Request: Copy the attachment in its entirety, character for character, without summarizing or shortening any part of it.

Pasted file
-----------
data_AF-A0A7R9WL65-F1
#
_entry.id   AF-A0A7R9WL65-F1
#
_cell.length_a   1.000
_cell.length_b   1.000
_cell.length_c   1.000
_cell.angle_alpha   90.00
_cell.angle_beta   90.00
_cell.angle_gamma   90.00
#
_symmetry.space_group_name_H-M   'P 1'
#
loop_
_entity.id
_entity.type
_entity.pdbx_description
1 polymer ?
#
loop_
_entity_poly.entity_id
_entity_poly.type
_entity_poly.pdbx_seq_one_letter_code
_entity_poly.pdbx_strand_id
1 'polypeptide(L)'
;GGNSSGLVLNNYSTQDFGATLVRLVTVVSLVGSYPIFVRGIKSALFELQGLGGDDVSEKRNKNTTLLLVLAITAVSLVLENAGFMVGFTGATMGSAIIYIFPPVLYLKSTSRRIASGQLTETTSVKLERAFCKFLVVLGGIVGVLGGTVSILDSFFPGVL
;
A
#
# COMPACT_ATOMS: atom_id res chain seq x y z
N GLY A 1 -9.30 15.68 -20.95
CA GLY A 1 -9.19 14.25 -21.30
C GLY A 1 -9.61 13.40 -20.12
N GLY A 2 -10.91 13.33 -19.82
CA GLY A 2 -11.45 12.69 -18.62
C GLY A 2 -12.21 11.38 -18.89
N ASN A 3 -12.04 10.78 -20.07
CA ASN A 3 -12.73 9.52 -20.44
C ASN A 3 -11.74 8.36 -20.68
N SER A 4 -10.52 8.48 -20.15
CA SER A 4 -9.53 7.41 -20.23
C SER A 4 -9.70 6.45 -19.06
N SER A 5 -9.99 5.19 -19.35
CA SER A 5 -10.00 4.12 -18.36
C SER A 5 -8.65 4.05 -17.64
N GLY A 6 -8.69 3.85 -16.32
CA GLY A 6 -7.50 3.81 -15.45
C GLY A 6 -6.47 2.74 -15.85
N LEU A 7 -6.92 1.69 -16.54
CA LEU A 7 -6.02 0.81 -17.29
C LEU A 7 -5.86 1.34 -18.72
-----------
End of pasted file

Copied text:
data_AF-A0A7R9WL65-F1
#
_entry.id   AF-A0A7R9WL65-F1
#
_cell.length_a   1.000
_cell.length_b   1.000
_cell.length_c   1.000
_cell.angle_alpha   90.00
_cell.angle_beta   90.00
_cell.angle_gamma   90.00
#
_symmetry.space_group_name_H-M   'P 1'
#
loop_
_entity.id
_entity.type
_entity.pdbx_description
1 polymer ?
#
loop_
_entity_poly.entity_id
_entity_poly.type
_entity_poly.pdbx_seq_one_letter_code
_entity_poly.pdbx_strand_id
1 'polypeptide(L)'
;GGNSSGLVLNNYSTQDFGATLVRLVTVVSLVGSYPIFVRGIKSALFELQGLGGDDVSEKRNKNTTLLLVLAITAVSLVLENAGFMVGFTGATMGSAIIYIFPPVLYLKSTSRRIASGQLTETTSVKLERAFCKFLVVLGGIVGVLGGTVSILDSFFPGVL
;
A
#
# COMPACT_ATOMS: atom_id res chain seq x y z
N GLY A 1 -9.30 15.68 -20.95
CA GLY A 1 -9.19 14.25 -21.30
C GLY A 1 -9.61 13.40 -20.12
N GLY A 2 -10.91 13.33 -19.82
CA GLY A 2 -11.45 12.69 -18.62
C GLY A 2 -12.21 11.38 -18.89
N ASN A 3 -12.04 10.78 -20.07
CA ASN A 3 -12.73 9.52 -20.44
C ASN A 3 -11.74 8.36 -20.68
N SER A 4 -10.52 8.48 -20.15
CA SER A 4 -9.53 7.41 -20.23
C SER A 4 -9.70 6.45 -19.06
N SER A 5 -9.99 5.19 -19.35
CA SER A 5 -10.00 4.12 -18.36
C SER A 5 -8.65 4.05 -17.64
N GLY A 6 -8.69 3.85 -16.32
CA GLY A 6 -7.50 3.81 -15.45
C GLY A 6 -6.47 2.74 -15.85
N LEU A 7 -6.92 1.69 -16.54
CA LEU A 7 -6.02 0.81 -17.29
C LEU A 7 -5.86 1.34 -18.72